As you know, I love teaching English with TV series, and one of my favourite series right now is Handmaid’s Tale. Today I have for you something very special – a lesson from the very last episode!
Spoiler alert! I try not to be specific about the events, but you might get some hints about the plot. So if you aren’t up to date with the episodes – you might want to catch up with watching before you read this lesson!
The whole lesson will be based on one line:
“Cheer up! Fred and Serena are toast, and you just got away with murder. All in all, not a bad morning.”
This is what Commander Lawrence says to June in season 3, episode 12.
In this one line, there is so much great English happening, that I just had to pause watching and write it down, to be able to write to you about it!
The first thing: “cheer up” – an intermediate phrasal verb. This simply means “stop worrying, smile, be happy.” So, when your friend is sad, you can tell them: “Cheer up, I’ll get you some chocolate!” To a pessimistic colleague, you could say: “Cheer up, it’s Friday already!” Or, about yourself: “Ice cream always cheers me up.”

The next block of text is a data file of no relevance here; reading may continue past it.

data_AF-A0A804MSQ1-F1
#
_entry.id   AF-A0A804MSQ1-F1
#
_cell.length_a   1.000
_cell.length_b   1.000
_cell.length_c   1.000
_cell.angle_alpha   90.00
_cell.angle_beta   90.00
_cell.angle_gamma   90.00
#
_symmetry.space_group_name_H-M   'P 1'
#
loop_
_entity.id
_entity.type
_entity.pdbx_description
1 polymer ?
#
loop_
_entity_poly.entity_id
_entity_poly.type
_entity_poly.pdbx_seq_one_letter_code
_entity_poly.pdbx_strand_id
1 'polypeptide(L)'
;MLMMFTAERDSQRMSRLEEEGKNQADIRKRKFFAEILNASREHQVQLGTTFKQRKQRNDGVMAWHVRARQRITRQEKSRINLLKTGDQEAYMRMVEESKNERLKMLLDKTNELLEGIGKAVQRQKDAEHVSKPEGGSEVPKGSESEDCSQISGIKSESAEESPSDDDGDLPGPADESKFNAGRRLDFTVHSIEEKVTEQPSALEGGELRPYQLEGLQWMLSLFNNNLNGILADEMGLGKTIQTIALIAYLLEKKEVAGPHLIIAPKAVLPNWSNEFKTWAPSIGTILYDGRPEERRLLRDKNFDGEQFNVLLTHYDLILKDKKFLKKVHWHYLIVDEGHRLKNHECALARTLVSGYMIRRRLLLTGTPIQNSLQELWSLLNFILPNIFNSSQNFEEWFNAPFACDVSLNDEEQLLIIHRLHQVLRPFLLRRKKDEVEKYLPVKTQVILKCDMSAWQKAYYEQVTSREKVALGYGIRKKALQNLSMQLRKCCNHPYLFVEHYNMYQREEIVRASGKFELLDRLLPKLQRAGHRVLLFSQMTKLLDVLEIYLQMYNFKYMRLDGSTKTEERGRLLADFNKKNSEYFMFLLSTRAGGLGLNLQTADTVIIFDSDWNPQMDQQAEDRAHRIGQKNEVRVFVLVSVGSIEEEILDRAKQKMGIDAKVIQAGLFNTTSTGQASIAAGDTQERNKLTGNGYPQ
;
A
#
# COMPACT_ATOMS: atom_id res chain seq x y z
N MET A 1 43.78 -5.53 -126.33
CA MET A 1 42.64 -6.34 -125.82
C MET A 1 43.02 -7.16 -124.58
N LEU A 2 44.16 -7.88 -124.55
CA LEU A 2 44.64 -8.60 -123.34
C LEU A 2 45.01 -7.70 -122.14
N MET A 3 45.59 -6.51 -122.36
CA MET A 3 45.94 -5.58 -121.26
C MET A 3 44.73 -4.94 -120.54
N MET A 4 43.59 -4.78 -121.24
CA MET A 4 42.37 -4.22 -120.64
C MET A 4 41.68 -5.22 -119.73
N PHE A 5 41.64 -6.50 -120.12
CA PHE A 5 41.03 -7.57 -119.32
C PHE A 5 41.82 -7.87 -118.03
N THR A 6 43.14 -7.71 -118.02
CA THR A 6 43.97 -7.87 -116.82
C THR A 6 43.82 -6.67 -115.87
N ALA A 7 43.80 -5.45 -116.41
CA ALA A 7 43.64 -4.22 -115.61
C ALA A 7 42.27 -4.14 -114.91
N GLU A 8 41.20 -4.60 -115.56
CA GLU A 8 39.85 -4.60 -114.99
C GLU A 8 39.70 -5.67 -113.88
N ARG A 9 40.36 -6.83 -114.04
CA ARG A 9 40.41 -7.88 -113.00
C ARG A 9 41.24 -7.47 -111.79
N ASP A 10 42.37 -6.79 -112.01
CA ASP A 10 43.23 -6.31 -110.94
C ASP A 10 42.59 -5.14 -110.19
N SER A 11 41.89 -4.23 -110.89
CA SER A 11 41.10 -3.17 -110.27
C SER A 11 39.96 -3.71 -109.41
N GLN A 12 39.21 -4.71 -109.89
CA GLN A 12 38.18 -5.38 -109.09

Second, the advanced idiom “to be toast,” which means “to have serious problems, especially when you’re punished.” In this situation (spoiler alert!), Fred and Serena are in a hard situation, which gives us hope for them being punished for their wrongdoing in the foreseeable future. You can use this phrase when you’re up to something mischievous, like you’re using your husband’s credit card without him knowing: “If he finds out about it, I’m toast.” Or a cat that just ate your ham might think to himself: “If my human finds out I ate their meat, I’m toast. I’d better run!”
Third, “get away with murder” – an upper-intermediate phrasal verb which means “do something bad and not be punished for it.” When your friend’s kids are spoilt, you can say: “They can do anything they want, they always get away with murder.” Or, when your boss favours a pretty blonde secretary, you can say: “Zuza is the boss’s pet, and she’ll always get away with murder.”
But, in this episode, the “murder” part is a bit more literal (dosłowna), as you’ll see… 😉
Last but not least, “all in all” – a nice expression which means “to sum up,” “generally speaking,” or “on the whole.” When evaluating a potential boyfriend, you might think: “He’s handsome, smart, rich – all in all, not a bad candidate!”